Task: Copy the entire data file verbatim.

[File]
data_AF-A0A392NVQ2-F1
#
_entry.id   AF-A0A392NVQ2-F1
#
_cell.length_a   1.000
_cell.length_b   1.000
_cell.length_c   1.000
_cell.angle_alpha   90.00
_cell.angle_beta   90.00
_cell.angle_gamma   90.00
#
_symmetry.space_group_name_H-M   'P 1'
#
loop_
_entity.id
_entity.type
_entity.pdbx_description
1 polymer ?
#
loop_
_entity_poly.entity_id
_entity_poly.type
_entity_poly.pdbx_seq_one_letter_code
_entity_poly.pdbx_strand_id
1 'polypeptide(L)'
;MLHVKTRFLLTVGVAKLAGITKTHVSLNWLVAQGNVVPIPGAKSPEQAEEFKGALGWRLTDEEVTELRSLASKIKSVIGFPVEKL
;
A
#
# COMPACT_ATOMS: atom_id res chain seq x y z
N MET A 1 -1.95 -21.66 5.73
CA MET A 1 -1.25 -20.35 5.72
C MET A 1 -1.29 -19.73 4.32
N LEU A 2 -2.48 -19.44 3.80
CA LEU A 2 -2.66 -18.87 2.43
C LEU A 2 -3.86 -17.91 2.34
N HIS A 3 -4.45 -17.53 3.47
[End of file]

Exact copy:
data_AF-A0A392NVQ2-F1
#
_entry.id   AF-A0A392NVQ2-F1
#
_cell.length_a   1.000
_cell.length_b   1.000
_cell.length_c   1.000
_cell.angle_alpha   90.00
_cell.angle_beta   90.00
_cell.angle_gamma   90.00
#
_symmetry.space_group_name_H-M   'P 1'
#
loop_
_entity.id
_entity.type
_entity.pdbx_description
1 polymer ?
#
loop_
_entity_poly.entity_id
_entity_poly.type
_entity_poly.pdbx_seq_one_letter_code
_entity_poly.pdbx_strand_id
1 'polypeptide(L)'
;MLHVKTRFLLTVGVAKLAGITKTHVSLNWLVAQGNVVPIPGAKSPEQAEEFKGALGWRLTDEEVTELRSLASKIKSVIGFPVEKL
;
A
#
# COMPACT_ATOMS: atom_id res chain seq x y z
N MET A 1 -1.95 -21.66 5.73
CA MET A 1 -1.25 -20.35 5.72
C MET A 1 -1.29 -19.73 4.32
N LEU A 2 -2.48 -19.44 3.80
CA LEU A 2 -2.66 -18.87 2.43
C LEU A 2 -3.86 -17.91 2.34
N HIS A 3 -4.45 -17.53 3.47